• Genetic Factors

    There is evidence that OCD tends to run in families, indicating a genetic predisposition. However, despite numerous studies, specific genes responsible for OCD have not been consistently identified.


    In some children with OCD, a subgroup has shown a potential connection between the disorder and infections, particularly streptococcal infections. These infections can trigger an immune response that produces antibodies that mistakenly react with a specific brain region called the basal ganglia.

    This association is known as Pediatric Autoimmune Neuropsychiatric Disorders associated with Streptococcal Infection (PANDAS). While subsequent studies have yielded mixed results, it is believed that PANDAS may trigger symptoms in children who are already predisposed to OCD, possibly due to genetic or other factors. Symptoms typically emerge quickly after a strep throat infection, within one to two weeks.

  • Environmental Factors
    Life events, such as trauma, stress, or significant changes, may play a role in the development or worsening of OCD symptoms in susceptible individuals. However, the specific environmental triggers and their impact on OCD are not well understood.
  • Chemical Imbalance
    The role of serotonin, a neurotransmitter involved in regulating mood and anxiety, has been emphasized in OCD. While some evidence suggests that medications targeting serotonin can alleviate symptoms, the exact role and significance of serotonin in OCD are not fully understood.
  • Cognitive and behavioral factors
    Certain patterns of thinking and behavioral responses may influence the development and maintenance of OCD. For instance, some individuals who have OCD may have the propensity to interpret certain intrusive thoughts as significant and give them excessive value, which may result in anxiety and the need for compulsive actions to alleviate distress.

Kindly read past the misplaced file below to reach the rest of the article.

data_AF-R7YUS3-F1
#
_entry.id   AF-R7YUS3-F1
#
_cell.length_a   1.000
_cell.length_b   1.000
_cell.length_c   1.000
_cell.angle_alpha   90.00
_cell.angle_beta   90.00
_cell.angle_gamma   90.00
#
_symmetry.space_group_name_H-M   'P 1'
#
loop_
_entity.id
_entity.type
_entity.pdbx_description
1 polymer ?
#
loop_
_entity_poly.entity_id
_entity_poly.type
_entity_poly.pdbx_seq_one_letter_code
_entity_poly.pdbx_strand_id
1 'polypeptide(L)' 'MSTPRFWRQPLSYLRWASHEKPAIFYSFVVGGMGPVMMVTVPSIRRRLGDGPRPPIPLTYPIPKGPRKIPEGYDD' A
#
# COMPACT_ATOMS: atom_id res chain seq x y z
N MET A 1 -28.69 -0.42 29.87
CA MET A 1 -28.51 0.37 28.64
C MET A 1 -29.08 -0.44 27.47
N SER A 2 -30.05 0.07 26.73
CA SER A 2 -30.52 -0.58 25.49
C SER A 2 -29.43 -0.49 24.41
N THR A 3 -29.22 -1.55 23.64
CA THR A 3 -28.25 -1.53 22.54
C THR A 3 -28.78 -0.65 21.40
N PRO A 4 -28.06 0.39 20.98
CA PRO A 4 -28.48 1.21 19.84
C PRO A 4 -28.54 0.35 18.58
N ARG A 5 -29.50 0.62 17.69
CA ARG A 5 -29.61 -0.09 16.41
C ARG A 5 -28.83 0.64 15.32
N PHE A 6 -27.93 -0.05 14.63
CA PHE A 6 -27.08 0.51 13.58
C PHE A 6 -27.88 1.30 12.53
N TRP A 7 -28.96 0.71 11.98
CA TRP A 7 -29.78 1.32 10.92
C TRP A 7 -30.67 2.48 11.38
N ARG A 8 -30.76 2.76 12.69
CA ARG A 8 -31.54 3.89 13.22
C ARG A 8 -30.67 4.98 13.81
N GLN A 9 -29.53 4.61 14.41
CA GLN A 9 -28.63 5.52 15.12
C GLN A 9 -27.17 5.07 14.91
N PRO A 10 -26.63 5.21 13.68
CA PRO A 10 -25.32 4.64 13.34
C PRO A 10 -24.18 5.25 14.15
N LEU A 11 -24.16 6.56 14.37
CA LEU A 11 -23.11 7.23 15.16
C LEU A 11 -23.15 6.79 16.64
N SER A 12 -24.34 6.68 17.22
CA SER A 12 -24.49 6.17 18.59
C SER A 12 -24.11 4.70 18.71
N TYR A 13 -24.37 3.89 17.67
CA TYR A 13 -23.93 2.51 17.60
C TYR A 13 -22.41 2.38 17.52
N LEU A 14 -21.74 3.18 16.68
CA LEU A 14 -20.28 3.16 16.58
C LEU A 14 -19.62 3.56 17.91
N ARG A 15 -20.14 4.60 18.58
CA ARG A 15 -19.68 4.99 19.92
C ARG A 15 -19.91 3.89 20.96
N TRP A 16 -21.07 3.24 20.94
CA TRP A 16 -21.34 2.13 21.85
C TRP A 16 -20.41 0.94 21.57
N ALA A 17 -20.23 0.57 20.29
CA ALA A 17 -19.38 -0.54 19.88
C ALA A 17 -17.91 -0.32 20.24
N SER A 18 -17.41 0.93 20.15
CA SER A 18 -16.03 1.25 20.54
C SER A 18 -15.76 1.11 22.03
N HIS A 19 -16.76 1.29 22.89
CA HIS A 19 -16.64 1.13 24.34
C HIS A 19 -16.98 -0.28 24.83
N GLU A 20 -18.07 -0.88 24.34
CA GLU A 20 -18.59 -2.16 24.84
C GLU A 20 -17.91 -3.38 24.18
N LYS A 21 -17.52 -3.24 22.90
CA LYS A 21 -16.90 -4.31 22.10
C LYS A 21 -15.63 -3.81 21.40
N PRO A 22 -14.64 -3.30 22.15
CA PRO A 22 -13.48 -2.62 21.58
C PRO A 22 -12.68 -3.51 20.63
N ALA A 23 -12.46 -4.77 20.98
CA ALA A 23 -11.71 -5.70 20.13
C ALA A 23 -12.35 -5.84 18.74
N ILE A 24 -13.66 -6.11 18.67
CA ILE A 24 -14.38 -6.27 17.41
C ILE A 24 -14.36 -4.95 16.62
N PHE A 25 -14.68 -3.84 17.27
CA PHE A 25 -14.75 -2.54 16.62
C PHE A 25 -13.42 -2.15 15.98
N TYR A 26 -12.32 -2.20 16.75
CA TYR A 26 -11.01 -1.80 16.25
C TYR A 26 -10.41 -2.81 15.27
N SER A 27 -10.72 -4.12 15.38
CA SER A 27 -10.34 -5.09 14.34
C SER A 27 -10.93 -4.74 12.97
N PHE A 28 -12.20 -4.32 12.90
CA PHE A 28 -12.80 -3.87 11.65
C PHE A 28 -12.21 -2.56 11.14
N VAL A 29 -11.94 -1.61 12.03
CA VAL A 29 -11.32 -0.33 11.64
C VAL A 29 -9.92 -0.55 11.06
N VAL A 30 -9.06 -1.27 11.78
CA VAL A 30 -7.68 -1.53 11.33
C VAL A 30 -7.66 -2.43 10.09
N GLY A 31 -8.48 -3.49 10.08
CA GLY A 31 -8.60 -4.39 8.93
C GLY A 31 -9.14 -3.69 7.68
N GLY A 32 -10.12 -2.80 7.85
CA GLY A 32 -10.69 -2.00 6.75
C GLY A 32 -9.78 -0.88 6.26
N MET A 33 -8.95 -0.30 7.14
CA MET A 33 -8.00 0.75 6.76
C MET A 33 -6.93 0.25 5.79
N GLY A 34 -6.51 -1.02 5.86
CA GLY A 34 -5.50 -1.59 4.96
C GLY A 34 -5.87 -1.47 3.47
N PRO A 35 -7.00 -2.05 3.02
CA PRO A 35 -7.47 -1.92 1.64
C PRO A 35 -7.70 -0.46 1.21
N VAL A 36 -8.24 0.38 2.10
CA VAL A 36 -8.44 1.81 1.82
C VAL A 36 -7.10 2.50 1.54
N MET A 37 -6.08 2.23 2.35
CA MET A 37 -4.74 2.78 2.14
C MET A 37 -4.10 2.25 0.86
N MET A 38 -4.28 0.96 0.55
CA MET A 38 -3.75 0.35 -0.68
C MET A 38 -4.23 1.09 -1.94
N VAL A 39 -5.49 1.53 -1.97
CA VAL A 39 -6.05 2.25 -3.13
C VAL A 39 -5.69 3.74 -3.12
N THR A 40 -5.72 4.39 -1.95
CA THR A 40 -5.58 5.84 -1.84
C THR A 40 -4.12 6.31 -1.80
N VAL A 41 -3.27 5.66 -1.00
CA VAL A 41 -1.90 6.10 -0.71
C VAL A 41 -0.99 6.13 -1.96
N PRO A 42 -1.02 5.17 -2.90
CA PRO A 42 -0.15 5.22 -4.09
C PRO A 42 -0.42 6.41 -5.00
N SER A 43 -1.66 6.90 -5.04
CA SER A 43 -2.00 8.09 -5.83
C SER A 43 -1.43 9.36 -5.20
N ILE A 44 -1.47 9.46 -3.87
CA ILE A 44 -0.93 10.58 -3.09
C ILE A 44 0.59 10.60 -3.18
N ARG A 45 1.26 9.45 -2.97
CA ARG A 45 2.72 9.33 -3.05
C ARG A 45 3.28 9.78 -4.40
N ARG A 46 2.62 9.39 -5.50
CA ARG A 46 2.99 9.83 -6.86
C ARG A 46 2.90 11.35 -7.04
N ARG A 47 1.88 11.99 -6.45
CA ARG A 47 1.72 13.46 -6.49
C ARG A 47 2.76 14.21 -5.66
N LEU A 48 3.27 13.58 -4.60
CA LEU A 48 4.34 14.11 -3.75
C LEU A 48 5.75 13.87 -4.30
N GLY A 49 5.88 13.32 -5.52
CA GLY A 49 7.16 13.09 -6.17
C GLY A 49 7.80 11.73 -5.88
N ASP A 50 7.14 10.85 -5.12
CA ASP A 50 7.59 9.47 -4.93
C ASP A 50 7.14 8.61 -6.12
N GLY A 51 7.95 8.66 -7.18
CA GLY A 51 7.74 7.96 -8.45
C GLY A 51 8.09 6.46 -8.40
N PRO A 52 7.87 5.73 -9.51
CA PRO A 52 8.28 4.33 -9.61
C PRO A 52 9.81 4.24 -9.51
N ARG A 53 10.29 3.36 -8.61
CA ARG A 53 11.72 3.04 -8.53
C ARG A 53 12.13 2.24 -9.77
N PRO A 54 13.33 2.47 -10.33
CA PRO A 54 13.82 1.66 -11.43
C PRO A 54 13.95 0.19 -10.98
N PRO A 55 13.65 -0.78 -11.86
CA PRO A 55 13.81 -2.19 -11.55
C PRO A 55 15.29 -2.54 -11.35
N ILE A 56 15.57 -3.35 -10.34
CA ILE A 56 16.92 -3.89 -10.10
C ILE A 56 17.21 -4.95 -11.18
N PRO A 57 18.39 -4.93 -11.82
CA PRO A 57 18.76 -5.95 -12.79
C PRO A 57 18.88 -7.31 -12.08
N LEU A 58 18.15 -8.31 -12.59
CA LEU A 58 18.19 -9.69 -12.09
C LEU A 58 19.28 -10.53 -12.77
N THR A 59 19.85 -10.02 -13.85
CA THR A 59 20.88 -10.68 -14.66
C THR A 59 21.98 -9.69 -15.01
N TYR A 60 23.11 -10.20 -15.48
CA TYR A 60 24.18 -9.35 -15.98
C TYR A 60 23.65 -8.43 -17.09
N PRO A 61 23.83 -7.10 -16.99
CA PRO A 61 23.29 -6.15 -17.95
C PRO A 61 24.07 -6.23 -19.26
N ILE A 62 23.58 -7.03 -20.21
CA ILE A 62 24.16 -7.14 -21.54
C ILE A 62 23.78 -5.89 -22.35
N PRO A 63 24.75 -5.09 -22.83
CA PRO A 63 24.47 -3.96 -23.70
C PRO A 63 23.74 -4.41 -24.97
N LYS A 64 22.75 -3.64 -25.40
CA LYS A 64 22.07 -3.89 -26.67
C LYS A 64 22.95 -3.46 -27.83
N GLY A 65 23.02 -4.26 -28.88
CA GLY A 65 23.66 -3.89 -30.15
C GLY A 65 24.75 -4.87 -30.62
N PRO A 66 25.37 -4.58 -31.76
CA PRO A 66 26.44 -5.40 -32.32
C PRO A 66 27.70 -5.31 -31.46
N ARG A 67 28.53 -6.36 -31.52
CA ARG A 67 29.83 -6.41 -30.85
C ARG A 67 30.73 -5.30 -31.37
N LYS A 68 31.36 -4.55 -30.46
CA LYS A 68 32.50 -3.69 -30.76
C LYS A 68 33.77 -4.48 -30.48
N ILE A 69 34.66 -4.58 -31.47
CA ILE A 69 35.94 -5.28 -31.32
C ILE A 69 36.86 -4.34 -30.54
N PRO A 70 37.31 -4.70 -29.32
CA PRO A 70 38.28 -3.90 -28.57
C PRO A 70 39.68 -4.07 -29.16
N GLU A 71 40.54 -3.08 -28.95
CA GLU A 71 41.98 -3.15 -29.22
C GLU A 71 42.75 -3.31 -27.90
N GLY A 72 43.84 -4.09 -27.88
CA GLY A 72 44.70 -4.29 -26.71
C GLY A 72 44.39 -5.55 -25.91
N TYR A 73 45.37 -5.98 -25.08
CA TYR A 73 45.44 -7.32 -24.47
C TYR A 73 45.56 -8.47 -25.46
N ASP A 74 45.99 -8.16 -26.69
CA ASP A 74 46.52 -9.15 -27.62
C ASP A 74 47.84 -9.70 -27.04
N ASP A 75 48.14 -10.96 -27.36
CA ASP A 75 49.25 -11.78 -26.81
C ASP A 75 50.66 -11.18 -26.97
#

It's important to note that the causes of OCD are likely complex and multifaceted, involving a combination of genetic, biological, environmental, and psychological factors. Further research is needed to gain a deeper understanding of the precise causes and underlying mechanisms of OCD.


This condition is generally diagnosed through a comprehensive evaluation conducted by a qualified mental health professional, such as a psychiatrist or psychologist. The diagnosis of OCD involves the following:

  • Initial assessment: Your mental health professional will speak with you to learn more about your symptoms, medical background, and overall well-being. The nature, frequency, and severity of your obsessions and compulsions, as well as how they affect daily living, may be discussed during this review.
  • Diagnostic criteria: Your specialist will refer to the criteria outlined in the Diagnostic and Statistical Manual of Mental Disorders, DSM-5, published by the American Psychiatric Association. OCD is diagnosed when you meet the specific criteria for obsessions and compulsions. These criteria may include the presence of obsessions and/or compulsions that are time-consuming, cause distress, and significantly interfere with functioning.
  • Differential diagnosis: Other possible causes of your symptoms will be ruled out by your mental health specialist. This phase is crucial since some disorders, such as body dysmorphic disorders, anxiety disorders, or hoarding disorders, can exhibit characteristics that are similar to those of OCD. To provide effective therapy, it's important to distinguish between OCD and other conditions.
  • Assessing functional impairment: The impact of this condition’s symptoms on your daily functioning will be assessed. This includes evaluating the interference of your symptoms with work, relationships, social activities, and overall quality of life.